Indifference is an option
by Gordon Campbell
In January. the AV Club ran an article about the cultural tendency to hyperbole – it’s incredible, you really have to see/hear this movie/ this album / series three of Breaking Bad – on the one hand, and the stone wall of indifference that is ‘meh’ on the other. The trigger for their debate being Machete, the recent Robert Rodriguez movie that is either totally awesome or meh, with no room in between.
The AV Club article started me thinking about what an awesome word ‘meh’ is. Where had it come from? One way or another, all the web trails (including Wikipedia) lead back to The Simpsons, with the usual reference point being the ‘Hungry Hungry Homer’ episode from 2001. That episode (season 12, episode 15) includes this explicit exchange:
Homer: “Kids, how would you like to go to Blockoland?”
Bart and Lisa : “Meh.”
Homer: “But the TV gave me the impression that–”
Bart: “We said, “Meh.””
Lisa: “M-E-H. Meh.”
In fact, the trail of ‘ meh’ goes back further than that. In the Mojo the Monkey Helper sequence from the “Girly Edition” episode (season 9, episode 21) in 1998, I swear there’s a moment ( at 3.08) when both Homer and Mojo say ‘meh’ in unison when Marge nags them about their debauchery. But that’s not the Olduvai Gorge of ‘meh’ either. At the beginning of the ‘Lisa’s Wedding’ episode (from the sixth season) in 1995, when Marge rhapsodises about the fun she used to have with her loom, Bart shuts her enthusiasm down with just one word …’Meh.’ (The “ meh” is at 1.09 on the clip. Barely 15 seconds later someone else says ‘Whatever’ which is ‘meh’s’ older sibling.)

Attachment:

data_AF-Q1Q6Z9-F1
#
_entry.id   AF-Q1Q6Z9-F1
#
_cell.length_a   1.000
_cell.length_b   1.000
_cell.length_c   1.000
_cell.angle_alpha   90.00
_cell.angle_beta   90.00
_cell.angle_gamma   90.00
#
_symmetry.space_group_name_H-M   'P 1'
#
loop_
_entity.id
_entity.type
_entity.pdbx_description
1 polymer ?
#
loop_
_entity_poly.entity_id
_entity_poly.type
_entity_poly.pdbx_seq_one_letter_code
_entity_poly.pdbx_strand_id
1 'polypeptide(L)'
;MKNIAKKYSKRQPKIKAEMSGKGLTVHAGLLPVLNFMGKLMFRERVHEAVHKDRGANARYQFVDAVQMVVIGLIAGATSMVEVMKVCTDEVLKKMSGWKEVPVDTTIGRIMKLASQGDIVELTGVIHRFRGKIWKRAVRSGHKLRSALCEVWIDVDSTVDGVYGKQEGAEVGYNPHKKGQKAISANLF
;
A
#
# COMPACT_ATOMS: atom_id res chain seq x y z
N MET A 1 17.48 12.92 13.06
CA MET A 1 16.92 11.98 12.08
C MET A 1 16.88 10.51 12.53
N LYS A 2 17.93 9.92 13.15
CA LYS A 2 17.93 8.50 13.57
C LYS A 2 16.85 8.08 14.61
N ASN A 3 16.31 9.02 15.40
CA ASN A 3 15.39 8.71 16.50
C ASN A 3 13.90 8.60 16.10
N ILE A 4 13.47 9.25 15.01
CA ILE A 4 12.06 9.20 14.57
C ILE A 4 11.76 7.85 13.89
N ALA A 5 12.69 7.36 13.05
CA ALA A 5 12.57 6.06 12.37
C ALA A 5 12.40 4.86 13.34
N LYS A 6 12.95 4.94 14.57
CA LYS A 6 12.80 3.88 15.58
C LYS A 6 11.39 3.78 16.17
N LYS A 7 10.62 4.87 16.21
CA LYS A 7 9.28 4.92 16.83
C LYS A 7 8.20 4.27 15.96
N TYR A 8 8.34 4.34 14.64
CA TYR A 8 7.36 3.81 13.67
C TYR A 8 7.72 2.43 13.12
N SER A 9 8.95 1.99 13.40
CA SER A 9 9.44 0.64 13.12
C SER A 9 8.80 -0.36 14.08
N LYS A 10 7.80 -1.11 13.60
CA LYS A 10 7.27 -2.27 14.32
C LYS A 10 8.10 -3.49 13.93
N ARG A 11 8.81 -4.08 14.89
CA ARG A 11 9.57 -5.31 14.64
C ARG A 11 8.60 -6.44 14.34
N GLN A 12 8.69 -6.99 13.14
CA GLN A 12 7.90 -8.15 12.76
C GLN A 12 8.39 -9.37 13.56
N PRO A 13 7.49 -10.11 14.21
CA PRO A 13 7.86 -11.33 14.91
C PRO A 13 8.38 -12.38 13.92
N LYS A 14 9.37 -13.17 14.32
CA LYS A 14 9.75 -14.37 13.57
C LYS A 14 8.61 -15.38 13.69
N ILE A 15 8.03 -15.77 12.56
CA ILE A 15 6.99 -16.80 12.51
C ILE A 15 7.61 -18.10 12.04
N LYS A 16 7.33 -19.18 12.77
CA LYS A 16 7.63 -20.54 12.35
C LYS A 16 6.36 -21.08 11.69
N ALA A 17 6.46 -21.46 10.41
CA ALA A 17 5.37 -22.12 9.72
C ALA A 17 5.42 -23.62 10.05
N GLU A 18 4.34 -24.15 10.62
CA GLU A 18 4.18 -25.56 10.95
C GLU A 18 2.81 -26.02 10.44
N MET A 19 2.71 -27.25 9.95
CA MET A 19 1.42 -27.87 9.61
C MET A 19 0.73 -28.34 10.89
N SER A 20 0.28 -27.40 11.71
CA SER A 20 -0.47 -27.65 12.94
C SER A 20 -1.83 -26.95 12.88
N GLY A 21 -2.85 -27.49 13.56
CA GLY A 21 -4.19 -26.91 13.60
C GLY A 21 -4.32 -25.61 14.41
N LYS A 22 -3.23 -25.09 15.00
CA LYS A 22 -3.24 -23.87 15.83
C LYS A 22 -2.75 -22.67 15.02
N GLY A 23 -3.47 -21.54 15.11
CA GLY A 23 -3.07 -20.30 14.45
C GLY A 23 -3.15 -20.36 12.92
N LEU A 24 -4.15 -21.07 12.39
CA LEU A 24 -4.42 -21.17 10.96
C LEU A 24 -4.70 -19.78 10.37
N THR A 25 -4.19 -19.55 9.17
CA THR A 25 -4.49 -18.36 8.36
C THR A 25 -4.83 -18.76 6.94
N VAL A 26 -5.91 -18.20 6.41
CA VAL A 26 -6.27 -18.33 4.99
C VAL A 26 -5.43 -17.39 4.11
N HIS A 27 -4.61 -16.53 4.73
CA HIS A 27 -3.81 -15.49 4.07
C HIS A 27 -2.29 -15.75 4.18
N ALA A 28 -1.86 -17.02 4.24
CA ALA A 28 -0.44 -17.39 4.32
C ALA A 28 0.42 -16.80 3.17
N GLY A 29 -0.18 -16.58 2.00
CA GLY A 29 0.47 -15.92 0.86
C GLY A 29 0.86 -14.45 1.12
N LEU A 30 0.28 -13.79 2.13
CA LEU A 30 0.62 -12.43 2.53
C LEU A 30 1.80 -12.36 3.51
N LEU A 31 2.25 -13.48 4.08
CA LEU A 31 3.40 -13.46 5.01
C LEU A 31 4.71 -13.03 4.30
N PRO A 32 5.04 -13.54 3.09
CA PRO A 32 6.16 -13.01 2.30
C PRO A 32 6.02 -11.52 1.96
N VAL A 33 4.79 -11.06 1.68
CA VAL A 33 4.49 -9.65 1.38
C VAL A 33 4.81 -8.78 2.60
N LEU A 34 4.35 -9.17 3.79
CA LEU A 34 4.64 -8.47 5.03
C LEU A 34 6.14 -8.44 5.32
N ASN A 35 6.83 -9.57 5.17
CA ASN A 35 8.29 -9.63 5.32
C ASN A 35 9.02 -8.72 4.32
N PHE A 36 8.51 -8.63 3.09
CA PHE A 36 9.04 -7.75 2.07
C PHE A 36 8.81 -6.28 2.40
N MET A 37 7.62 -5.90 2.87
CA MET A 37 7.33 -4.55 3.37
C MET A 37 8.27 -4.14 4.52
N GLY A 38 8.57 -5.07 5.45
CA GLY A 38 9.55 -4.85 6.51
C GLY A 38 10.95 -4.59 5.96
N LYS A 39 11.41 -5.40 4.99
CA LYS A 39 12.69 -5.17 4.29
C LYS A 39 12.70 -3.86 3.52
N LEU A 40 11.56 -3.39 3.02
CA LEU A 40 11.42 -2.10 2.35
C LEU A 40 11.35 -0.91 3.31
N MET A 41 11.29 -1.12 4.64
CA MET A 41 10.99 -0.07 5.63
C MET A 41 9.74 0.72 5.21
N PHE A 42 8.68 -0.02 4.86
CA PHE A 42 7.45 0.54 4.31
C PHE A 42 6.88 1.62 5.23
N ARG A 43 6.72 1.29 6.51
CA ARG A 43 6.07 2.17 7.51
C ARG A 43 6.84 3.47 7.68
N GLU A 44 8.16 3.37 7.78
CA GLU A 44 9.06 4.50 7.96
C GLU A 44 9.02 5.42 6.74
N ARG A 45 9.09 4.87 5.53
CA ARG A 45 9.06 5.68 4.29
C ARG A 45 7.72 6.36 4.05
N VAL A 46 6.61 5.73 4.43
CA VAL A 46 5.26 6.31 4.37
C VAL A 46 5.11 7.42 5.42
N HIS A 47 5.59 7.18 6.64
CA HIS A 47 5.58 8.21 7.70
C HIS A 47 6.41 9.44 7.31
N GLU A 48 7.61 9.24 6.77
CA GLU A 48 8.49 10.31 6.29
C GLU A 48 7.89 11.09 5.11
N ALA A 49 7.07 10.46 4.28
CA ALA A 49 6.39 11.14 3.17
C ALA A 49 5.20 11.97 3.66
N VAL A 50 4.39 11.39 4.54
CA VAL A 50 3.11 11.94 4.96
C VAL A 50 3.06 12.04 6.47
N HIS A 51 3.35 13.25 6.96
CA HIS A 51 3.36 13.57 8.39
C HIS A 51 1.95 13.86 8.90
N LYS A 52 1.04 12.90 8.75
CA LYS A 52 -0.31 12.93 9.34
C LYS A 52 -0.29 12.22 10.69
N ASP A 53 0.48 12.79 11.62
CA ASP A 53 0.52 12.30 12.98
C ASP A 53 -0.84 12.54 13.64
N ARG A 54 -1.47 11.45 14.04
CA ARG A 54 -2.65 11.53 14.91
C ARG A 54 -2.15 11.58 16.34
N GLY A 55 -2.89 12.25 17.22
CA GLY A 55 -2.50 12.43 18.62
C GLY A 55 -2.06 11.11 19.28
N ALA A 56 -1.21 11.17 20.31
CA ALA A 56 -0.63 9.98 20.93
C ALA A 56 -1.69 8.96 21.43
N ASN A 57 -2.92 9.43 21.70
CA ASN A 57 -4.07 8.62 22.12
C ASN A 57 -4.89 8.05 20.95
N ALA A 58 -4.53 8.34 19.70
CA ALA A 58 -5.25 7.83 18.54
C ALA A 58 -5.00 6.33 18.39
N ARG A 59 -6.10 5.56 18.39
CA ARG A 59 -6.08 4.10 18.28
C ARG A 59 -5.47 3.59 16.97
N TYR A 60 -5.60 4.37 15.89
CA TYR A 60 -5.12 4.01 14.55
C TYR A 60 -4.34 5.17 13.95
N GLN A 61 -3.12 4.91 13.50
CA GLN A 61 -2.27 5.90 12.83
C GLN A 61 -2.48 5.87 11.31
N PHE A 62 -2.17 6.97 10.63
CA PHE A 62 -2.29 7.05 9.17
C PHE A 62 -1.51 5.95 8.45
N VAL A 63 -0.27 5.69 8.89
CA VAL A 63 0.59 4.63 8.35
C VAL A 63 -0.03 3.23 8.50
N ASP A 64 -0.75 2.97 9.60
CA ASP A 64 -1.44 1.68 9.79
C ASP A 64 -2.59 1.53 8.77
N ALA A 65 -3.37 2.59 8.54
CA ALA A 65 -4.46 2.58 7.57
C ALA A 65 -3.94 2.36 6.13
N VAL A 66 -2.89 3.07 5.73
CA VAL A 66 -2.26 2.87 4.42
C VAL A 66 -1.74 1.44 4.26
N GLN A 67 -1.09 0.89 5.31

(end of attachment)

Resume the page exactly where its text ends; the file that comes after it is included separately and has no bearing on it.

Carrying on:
In other words, if The Simpsons really was the cultural catalyst for ‘meh’ it was a revolution long in coming. Origins aside, the tendency that was bothering the AV Club is genuine enough. There is a polarisation going on out there between a bullying hyper-ventilating cultural evangelism that will brook no dissent and the ‘I can’t be arsed’ shutdown that is ‘meh’. A lot of people and events are clamouring for our tribal allegiance, and a blank refusal to be recruited can be a perfectly sane response. ‘Meh’ is contrarianism, on a tight emotional budget. To use the AV Club example:
Hey, what did you think of last night’s episode of 30 Rock / the new Jonathan Franzen novel / Arcade Fire’s The Suburbs?”
The shrug that usually goes with it is the clincher. You’re on board, I’m bored. It was blah, neutral – no big deal. ‘Meh’ serves some of the same purposes as ‘whatever’, which is a word that will never die. Mainly because there are so many ways you can inflect it:
“Clean your room.”
2. Passive aggression in the face of obvious lying.
” I’ll call you.”
‘We could head downtown, or stay here and get a DVD.’
4. Signalling boredom, onset of tedium
“So, in the bar sequence in Inception was that a dream within a dream or a dream within a dream within a dream? “
That last meaning of ‘whatever’ comes closest to ‘meh.’ While the AV Club is right to argue that there is a prosecution case for treating ‘meh’ as a passion killer – You’re being enthusiastic? Oh, good grief – I think there’s a sense in which it can be a positive tool of recruitment in its own right. By pushing against the cultural bandwagon, ‘meh’ sends out a signal to all other anarchists and contrarians that hey, maybe we should lift out game, and reserve our enthusiasm for something a lot better than this piece of crap.